One of the things “The Last of Us” on HBO has done so consistently well that keeps viewers coming back is the way it leaves fans of the game with the “wait until you see this” mentality, while also still finding a way to surprise this same audience with changes that feel vastly different while being so subtle that it’s still true to the source material. The show’s fifth episode, which premiered a few days early because of the Super Bowl, is a prime example of this.
Joel and Ellie’s run-in with Sam and Henry is one of the memorable plot points of the original game. In essence, the brothers are another version of the two protagonists, except they’re obviously bound by blood.
In the game, they’re a little older, but we don’t know much about what they’re doing, so we assumed they’re just a parallel to Joel and Ellie that’s there to survive.
In the show, they’re a little younger and after last week’s introduction to Kathleen (Melanie Lynskey) and Perry (Jeffrey Pierce), we find out after the cliffhanger that the brothers are on the run. The biggest difference, though, isn’t in their youth or the fact that we know they’re on the run–it’s that the younger brother Sam is deaf, among other things.
Whether it was with Sarah, Tess, or Bill and Frank, The Last of Us has done a masterful job of getting us attached to characters with hardly any time at all. Henry (Lamar Johnson) and Sam (Keivonn Woodard) are no different from any of these great characters, and the fact that Woodard is actually deaf himself made the performance that much more impactful and impressive.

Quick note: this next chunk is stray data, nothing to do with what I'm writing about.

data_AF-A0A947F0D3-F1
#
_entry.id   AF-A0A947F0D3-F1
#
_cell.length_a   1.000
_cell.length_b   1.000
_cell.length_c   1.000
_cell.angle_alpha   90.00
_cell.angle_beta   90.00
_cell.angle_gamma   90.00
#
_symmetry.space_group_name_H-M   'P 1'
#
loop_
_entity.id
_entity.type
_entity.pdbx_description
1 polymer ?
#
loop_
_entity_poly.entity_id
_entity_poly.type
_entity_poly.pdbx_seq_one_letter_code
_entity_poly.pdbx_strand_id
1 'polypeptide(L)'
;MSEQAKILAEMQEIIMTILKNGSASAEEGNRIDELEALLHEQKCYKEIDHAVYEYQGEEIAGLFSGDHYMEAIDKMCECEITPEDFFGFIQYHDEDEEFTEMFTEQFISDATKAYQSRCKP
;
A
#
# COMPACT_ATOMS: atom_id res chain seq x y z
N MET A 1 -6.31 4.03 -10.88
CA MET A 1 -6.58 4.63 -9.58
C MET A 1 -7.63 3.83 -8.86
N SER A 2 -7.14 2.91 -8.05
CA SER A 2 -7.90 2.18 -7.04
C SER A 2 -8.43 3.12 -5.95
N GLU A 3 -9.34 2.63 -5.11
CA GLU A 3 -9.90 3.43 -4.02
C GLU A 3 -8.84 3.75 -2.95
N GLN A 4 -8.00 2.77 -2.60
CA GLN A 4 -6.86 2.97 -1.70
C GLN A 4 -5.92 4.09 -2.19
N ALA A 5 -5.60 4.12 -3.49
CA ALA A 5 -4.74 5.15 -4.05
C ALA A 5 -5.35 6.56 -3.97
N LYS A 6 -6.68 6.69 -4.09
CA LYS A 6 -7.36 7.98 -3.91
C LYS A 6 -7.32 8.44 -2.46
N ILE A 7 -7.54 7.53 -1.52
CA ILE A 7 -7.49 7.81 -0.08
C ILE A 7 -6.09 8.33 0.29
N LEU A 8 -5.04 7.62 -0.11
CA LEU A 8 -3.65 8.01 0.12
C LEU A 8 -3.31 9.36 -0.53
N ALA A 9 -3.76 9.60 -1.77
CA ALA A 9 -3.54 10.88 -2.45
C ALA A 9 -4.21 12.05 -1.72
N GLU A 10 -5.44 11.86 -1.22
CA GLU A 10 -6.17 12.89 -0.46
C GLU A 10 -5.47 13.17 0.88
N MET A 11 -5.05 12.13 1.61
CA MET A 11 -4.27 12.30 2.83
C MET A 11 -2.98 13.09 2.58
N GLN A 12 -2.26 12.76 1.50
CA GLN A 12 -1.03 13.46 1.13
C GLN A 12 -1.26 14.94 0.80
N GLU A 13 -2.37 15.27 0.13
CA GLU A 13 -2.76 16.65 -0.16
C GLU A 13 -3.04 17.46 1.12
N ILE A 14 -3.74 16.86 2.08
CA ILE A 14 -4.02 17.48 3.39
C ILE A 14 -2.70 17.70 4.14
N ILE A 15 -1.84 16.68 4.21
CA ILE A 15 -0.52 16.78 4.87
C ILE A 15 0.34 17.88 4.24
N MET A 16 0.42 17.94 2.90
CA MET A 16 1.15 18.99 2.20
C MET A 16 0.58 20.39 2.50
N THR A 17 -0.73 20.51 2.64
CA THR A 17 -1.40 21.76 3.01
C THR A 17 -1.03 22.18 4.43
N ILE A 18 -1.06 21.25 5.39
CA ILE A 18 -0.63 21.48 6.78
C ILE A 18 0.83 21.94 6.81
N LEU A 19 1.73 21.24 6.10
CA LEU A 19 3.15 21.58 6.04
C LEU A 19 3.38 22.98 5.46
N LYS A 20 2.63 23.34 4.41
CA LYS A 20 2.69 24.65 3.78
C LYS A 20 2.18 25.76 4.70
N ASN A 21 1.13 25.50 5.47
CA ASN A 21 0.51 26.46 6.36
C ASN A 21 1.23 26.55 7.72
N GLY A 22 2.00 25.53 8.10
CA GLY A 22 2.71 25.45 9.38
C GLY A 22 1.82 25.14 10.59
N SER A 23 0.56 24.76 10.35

In addition to sign language, Sam uses a magic paper saver to communicate to Henry, so despite being deaf, he still has the ability to read and write. This was key to Sam befriending and trusting Ellie, who reads the same comic books he did as we’re treated to various scenes of Sam and Ellie just having fun.
Kids being kids aside, we also learn why Kathleen is trying to hunt them down and without going into too much detail, it’s another story about love and revenge–something HBO hasn’t been afraid to touch upon, to go along with the series’ constant theme of love and its many forms, in addition to what people do because of it. A common action? Violence.
Speaking of violence, “Endure and Survive” is by far the goriest episode of the season. We see the lengths of what Kathleen is capable as far as getting what she wants, and we see a huge horde of infected have their way just outside of Kansas City. We also see the first Bloater in the series–one of the most gruesome forms of infected in the series, along with the nastiest death scene the series has featured… in addition to one that’s also rather satisfying.
Going from the way the show is going, fans of the games should be happy with the way things turn out as again, it stays very close to the source material while also finding other avenues to care about these versions of characters we’ve hung around and possibly fell in love with.
It’s going to be absolute hell for Joel and Ellie to get out of Kansas City, and it’s an absolute joy to watch the struggle happen with Henry and Sam taking the lead.